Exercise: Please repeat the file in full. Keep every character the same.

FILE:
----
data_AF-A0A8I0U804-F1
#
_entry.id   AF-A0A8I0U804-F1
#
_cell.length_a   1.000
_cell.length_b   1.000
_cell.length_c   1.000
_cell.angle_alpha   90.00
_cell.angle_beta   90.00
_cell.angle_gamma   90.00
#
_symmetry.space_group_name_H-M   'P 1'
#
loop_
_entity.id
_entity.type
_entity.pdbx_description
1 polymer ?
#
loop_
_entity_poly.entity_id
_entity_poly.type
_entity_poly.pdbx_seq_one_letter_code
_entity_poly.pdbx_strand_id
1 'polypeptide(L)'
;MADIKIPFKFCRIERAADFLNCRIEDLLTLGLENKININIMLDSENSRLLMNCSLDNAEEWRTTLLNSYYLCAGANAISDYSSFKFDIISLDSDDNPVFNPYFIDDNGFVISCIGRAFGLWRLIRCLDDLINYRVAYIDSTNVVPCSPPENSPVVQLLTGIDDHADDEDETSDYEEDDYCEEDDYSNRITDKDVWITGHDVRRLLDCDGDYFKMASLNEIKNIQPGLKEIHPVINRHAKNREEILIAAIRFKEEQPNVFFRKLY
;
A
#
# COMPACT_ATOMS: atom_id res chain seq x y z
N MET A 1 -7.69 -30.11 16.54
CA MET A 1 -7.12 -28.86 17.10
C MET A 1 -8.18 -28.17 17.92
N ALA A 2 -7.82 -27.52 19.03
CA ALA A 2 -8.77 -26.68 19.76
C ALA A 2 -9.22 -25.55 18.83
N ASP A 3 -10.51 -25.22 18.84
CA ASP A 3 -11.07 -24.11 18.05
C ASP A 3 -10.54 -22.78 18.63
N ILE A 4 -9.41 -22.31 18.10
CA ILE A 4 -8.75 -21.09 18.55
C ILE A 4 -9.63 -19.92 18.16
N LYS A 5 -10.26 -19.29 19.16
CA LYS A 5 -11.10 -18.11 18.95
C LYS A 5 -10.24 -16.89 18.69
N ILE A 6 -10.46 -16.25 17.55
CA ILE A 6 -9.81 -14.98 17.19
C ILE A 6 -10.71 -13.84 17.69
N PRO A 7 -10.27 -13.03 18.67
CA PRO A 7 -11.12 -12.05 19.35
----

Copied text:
data_AF-A0A8I0U804-F1
#
_entry.id   AF-A0A8I0U804-F1
#
_cell.length_a   1.000
_cell.length_b   1.000
_cell.length_c   1.000
_cell.angle_alpha   90.00
_cell.angle_beta   90.00
_cell.angle_gamma   90.00
#
_symmetry.space_group_name_H-M   'P 1'
#
loop_
_entity.id
_entity.type
_entity.pdbx_description
1 polymer ?
#
loop_
_entity_poly.entity_id
_entity_poly.type
_entity_poly.pdbx_seq_one_letter_code
_entity_poly.pdbx_strand_id
1 'polypeptide(L)'
;MADIKIPFKFCRIERAADFLNCRIEDLLTLGLENKININIMLDSENSRLLMNCSLDNAEEWRTTLLNSYYLCAGANAISDYSSFKFDIISLDSDDNPVFNPYFIDDNGFVISCIGRAFGLWRLIRCLDDLINYRVAYIDSTNVVPCSPPENSPVVQLLTGIDDHADDEDETSDYEEDDYCEEDDYSNRITDKDVWITGHDVRRLLDCDGDYFKMASLNEIKNIQPGLKEIHPVINRHAKNREEILIAAIRFKEEQPNVFFRKLY
;
A
#
# COMPACT_ATOMS: atom_id res chain seq x y z
N MET A 1 -7.69 -30.11 16.54
CA MET A 1 -7.12 -28.86 17.10
C MET A 1 -8.18 -28.17 17.92
N ALA A 2 -7.82 -27.52 19.03
CA ALA A 2 -8.77 -26.68 19.76
C ALA A 2 -9.22 -25.55 18.83
N ASP A 3 -10.51 -25.22 18.84
CA ASP A 3 -11.07 -24.11 18.05
C ASP A 3 -10.54 -22.78 18.63
N ILE A 4 -9.41 -22.31 18.10
CA ILE A 4 -8.75 -21.09 18.55
C ILE A 4 -9.63 -19.92 18.16
N LYS A 5 -10.26 -19.29 19.16
CA LYS A 5 -11.10 -18.11 18.95
C LYS A 5 -10.24 -16.89 18.69
N ILE A 6 -10.46 -16.25 17.55
CA ILE A 6 -9.81 -14.98 17.19
C ILE A 6 -10.71 -13.84 17.69
N PRO A 7 -10.27 -13.03 18.67
CA PRO A 7 -11.12 -12.05 19.35